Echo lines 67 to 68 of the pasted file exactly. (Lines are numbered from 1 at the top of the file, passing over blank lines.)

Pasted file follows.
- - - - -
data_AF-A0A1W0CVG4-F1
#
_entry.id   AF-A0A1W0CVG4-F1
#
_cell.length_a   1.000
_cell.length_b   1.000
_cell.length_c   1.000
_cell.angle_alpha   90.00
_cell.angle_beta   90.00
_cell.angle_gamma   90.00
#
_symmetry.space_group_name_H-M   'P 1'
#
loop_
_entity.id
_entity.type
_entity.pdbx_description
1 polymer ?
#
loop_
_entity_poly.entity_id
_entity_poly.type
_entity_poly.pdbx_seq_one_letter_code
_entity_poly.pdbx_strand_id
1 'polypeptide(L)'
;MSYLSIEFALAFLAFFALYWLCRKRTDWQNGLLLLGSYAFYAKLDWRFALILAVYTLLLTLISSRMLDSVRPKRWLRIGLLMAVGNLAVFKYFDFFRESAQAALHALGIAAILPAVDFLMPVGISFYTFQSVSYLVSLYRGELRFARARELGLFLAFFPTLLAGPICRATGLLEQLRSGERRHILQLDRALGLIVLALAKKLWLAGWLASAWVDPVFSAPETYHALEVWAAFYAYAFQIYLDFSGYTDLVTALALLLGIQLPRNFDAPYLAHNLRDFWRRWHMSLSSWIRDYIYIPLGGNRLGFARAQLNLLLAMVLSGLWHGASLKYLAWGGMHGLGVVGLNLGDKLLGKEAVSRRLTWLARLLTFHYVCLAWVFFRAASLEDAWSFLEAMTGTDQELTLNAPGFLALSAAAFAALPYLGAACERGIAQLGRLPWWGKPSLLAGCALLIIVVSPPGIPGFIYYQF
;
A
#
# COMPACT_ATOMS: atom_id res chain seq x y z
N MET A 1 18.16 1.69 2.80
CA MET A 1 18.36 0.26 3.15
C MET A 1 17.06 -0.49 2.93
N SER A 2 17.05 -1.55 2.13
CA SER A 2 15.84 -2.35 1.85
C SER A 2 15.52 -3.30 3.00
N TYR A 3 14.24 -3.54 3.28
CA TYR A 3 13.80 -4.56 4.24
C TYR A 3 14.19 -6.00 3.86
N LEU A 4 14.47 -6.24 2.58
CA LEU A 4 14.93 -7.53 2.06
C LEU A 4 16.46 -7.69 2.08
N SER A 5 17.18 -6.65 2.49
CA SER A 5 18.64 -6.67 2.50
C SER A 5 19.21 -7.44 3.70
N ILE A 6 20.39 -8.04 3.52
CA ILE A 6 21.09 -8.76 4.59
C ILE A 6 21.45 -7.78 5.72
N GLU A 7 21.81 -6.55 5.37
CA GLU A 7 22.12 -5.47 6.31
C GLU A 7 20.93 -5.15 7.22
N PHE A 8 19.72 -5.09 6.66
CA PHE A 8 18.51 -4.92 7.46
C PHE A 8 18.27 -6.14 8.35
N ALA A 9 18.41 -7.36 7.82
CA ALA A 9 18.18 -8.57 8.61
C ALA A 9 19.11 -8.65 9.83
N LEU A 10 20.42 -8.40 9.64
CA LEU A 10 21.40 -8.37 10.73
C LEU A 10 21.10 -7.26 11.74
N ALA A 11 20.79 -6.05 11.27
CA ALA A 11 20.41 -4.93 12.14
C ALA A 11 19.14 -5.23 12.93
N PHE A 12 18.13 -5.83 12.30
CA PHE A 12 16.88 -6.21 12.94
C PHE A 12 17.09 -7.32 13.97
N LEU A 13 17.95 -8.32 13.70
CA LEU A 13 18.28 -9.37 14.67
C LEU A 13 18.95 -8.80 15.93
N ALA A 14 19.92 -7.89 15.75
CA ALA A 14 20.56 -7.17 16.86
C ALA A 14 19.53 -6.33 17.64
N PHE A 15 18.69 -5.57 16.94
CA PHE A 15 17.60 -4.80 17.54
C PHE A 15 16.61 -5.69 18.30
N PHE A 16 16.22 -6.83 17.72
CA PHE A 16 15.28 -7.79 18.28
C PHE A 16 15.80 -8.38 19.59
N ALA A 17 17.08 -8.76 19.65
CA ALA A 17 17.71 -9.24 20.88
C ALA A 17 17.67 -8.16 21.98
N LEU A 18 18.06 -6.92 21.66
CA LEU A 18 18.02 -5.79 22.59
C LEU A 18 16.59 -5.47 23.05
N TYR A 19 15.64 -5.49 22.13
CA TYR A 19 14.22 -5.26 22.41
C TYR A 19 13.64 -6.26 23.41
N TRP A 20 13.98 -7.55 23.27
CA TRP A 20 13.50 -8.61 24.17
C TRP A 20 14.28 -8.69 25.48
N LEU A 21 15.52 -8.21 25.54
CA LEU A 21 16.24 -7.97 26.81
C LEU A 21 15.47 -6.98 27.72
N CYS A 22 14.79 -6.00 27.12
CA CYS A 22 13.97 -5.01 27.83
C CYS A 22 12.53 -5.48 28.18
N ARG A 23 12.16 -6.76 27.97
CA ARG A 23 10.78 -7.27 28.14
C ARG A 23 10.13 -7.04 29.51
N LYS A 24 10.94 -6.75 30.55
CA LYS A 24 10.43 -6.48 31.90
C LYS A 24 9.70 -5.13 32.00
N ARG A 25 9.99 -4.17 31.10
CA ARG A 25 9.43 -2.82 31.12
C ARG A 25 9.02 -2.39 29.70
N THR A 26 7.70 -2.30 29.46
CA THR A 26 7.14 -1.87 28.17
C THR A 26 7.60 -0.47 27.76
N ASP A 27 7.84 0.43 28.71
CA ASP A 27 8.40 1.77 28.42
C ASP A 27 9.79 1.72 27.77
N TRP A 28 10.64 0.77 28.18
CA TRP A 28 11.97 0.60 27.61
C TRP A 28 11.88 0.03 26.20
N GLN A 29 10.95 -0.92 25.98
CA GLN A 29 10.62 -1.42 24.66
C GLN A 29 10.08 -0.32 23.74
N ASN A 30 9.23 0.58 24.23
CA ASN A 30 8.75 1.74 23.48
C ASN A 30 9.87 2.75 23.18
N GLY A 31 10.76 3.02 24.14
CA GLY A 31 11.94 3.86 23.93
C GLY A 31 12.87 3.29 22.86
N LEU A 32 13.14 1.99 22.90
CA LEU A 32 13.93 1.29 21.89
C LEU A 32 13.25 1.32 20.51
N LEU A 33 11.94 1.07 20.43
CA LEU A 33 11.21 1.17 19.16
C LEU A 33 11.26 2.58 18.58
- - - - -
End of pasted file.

N LEU A 13 17.95 -8.32 13.70
CA LEU A 13 18.28 -9.37 14.67